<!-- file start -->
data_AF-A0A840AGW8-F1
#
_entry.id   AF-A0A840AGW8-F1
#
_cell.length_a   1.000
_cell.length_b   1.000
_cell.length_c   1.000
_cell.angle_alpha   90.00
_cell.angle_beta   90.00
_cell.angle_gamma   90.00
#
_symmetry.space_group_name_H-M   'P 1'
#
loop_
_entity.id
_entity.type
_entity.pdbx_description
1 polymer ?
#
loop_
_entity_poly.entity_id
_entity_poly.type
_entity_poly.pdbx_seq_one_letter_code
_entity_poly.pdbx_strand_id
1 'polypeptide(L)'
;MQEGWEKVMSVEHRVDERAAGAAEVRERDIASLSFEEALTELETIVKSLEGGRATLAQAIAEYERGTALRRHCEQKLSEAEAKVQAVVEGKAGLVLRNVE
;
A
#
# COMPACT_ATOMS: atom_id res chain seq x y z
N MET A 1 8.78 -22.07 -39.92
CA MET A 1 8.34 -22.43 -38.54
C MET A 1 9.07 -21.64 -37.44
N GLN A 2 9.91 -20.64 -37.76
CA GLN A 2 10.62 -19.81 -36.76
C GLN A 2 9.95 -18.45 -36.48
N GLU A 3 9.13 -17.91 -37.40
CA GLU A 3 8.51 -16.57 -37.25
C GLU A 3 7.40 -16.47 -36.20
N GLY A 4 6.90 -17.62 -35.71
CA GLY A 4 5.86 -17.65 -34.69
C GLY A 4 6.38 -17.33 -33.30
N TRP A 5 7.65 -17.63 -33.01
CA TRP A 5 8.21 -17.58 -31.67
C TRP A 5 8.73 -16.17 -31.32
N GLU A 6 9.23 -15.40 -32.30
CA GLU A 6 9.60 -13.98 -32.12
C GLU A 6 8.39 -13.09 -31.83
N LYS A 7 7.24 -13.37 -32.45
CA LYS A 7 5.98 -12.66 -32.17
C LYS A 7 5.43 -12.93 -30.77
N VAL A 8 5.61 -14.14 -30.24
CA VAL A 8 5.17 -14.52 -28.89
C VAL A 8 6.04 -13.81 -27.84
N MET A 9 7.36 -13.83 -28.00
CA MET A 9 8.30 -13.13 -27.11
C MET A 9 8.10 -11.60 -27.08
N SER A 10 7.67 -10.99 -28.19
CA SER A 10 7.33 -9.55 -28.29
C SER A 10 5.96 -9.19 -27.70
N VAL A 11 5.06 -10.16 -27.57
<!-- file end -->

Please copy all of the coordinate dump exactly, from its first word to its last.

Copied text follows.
data_AF-A0A840AGW8-F1
#
_entry.id   AF-A0A840AGW8-F1
#
_cell.length_a   1.000
_cell.length_b   1.000
_cell.length_c   1.000
_cell.angle_alpha   90.00
_cell.angle_beta   90.00
_cell.angle_gamma   90.00
#
_symmetry.space_group_name_H-M   'P 1'
#
loop_
_entity.id
_entity.type
_entity.pdbx_description
1 polymer ?
#
loop_
_entity_poly.entity_id
_entity_poly.type
_entity_poly.pdbx_seq_one_letter_code
_entity_poly.pdbx_strand_id
1 'polypeptide(L)'
;MQEGWEKVMSVEHRVDERAAGAAEVRERDIASLSFEEALTELETIVKSLEGGRATLAQAIAEYERGTALRRHCEQKLSEAEAKVQAVVEGKAGLVLRNVE
;
A
#
# COMPACT_ATOMS: atom_id res chain seq x y z
N MET A 1 8.78 -22.07 -39.92
CA MET A 1 8.34 -22.43 -38.54
C MET A 1 9.07 -21.64 -37.44
N GLN A 2 9.91 -20.64 -37.76
CA GLN A 2 10.62 -19.81 -36.76
C GLN A 2 9.95 -18.45 -36.48
N GLU A 3 9.13 -17.91 -37.40
CA GLU A 3 8.51 -16.57 -37.25
C GLU A 3 7.40 -16.47 -36.20
N GLY A 4 6.90 -17.62 -35.71
CA GLY A 4 5.86 -17.65 -34.69
C GLY A 4 6.38 -17.33 -33.30
N TRP A 5 7.65 -17.63 -33.01
CA TRP A 5 8.21 -17.58 -31.67
C TRP A 5 8.73 -16.17 -31.32
N GLU A 6 9.23 -15.40 -32.30
CA GLU A 6 9.60 -13.98 -32.12
C GLU A 6 8.39 -13.09 -31.83
N LYS A 7 7.24 -13.37 -32.45
CA LYS A 7 5.98 -12.66 -32.17
C LYS A 7 5.43 -12.93 -30.77
N VAL A 8 5.61 -14.14 -30.24
CA VAL A 8 5.17 -14.52 -28.89
C VAL A 8 6.04 -13.81 -27.84
N MET A 9 7.36 -13.83 -28.00
CA MET A 9 8.30 -13.13 -27.11
C MET A 9 8.10 -11.60 -27.08
N SER A 10 7.67 -10.99 -28.19
CA SER A 10 7.33 -9.55 -28.29
C SER A 10 5.96 -9.19 -27.70
N VAL A 11 5.06 -10.16 -27.57